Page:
This won’t just go away

We’ve all heard stories of rapes and beatings meted out to female refugees in Sinai who make their way here. Why is there no response?

women s tel aviv 311 (photo credit: Joanna Paraszczuk)
women s tel aviv 311
(photo credit: Joanna Paraszczuk)
As you read this, Eritrean women are being imprisoned and raped by “human smugglers” at wellestablished torture camps in the El-Arish area of the Sinai while trying to make it to Israel. Those who eventually do make it here report that rape, sexual abuse, starvation, whippings, beatings and torture are routinely and systematically meted out to extort thousands of dollars from family members, friends or anyone who cannot bear to hear their cries.
Often no money arrives. Many asylum seekers report fatalities, often having witnessed such deaths up close.
Many who are lucky enough to be ransomed arrive with unspeakable emotional trauma from the camps, not to mention the emotional burdens that uprooted them from their homes in the first place. Additionally, there is the arbitrary cruelty of Egyptian border patrols, who are as likely as not to open fire on these people as they try to cross the border.
Helen, a 26-week pregnant 21-year-old Eritrean, quietly told me she decided to uproot herself from her family and community after her husband was imprisoned and she feared for her life. (In Eritrea, civil and human rights are reportedly nonexistent, so arbitrary arrests, torture and forced labor are widespread.) She crossed into Sudan in the hope of finding work. She describes how some people offered her a job. Desperate, isolated and starving, she agreed to go with them.
The moment she got in the car she realized she had made a mistake. The car was covered to prevent her from seeing where she was going. She was deprived of food and water.
Upon arrival in the Sinai, her misery was multiplied when she was put in a camp – the only woman with more than 100 men. She was routinely raped and beaten. She believed she would die in the desert, and often wished for death.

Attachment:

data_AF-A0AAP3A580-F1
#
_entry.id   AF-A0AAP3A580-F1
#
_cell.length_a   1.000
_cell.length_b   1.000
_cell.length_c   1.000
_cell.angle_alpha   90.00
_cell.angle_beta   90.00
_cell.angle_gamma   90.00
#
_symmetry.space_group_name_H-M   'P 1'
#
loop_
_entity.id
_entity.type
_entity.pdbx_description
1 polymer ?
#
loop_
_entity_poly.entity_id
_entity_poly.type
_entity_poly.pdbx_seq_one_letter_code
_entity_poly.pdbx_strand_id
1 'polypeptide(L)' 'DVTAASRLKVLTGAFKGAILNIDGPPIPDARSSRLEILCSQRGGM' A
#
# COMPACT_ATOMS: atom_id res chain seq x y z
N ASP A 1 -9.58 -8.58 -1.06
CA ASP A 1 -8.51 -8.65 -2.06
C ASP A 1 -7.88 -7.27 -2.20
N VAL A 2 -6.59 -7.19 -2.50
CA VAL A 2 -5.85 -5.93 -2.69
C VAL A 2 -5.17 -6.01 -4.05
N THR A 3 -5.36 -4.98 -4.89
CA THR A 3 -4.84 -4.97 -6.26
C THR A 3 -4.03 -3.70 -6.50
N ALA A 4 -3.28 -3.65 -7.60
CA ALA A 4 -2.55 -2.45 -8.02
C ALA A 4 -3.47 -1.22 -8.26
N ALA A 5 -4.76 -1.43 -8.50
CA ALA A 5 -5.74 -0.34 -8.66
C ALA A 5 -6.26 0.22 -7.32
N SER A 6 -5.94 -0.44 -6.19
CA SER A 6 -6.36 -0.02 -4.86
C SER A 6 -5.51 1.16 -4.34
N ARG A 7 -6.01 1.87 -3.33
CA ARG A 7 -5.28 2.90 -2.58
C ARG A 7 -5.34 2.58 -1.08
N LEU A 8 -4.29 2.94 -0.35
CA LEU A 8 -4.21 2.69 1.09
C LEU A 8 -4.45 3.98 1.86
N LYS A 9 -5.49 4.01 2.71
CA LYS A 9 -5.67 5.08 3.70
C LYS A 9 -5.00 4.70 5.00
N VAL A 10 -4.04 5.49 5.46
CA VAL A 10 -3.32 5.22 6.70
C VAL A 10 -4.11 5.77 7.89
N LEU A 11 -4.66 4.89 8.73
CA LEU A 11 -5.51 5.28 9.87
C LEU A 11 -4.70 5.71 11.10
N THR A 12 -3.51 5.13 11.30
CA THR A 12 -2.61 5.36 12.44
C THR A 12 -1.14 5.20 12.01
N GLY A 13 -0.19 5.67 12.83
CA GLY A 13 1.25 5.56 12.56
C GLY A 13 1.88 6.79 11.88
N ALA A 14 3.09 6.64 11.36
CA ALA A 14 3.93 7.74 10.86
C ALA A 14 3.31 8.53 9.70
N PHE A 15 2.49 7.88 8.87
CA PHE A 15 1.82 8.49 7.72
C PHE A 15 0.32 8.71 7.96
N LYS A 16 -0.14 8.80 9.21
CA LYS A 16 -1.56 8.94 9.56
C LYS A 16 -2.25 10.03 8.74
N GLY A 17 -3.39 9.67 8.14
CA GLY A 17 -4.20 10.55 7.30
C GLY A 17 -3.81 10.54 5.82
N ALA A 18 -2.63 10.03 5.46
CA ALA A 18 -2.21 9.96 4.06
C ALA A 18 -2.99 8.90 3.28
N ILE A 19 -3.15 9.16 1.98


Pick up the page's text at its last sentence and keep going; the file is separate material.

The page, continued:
Once her captors realized she was pregnant, they released her. This was not out of compassion for mother or unborn child but probably because of a cold calculation that, pregnant, she would no longer be of use.
ONCE HERE, Helen was promptly detained, as she had crossed the border illegally. She immediately requested an abortion, but the wheels of bureaucracy grind slowly at the best of times and do not always go in the right direction for a traumatized, displaced asylum seeker who doesn’t speak the language.
When I met her on her release in South Tel Aviv, she was beyond the 23-week limit for a legal abortion. She is terrified that her community will ostracize her and her unborn child, and that her husband will divorce her once he learns of the child’s existence. Eritrea is one of the most patriarchal and traditional societies in Africa, and women are held responsible for rape no matter the circumstances.
Israel has adopted a policy of indifference to the plight of these people. The state neither accepts nor rejects them, and as a result they live in limbo, without access to basic human necessities. All Helen and women like her want is what all human beings have a right to: the ability to regain her dignity by being allowed access to basic health care, and the ability to work to feed and house herself and her unborn child.
Without this, her trauma will only be exacerbated.
In the absence of the state, civil society organizations here are taking on the responsibility of care and rehabilitation.
A handful of overstretched and under-resourced NGOs provide these women with basic needs. These brave women have come to seek safety, with a desire to help their families, who remain in intolerable circumstances.
They do not want handouts; they want secure and humane conditions while waiting until they can go back home.
Instead they face discrimination, misunderstanding, mistrust, social exclusion, deprivation and neglect. From the government, there is just silence, abdication of responsibility and the hope that they will simply go away.
In the meantime, NGOs are working hard to help and make these women’s lives just a little more tolerable.
The writer is coordinator of the UNHCR funded Community Mental Health Services at the African Refugee Development Center.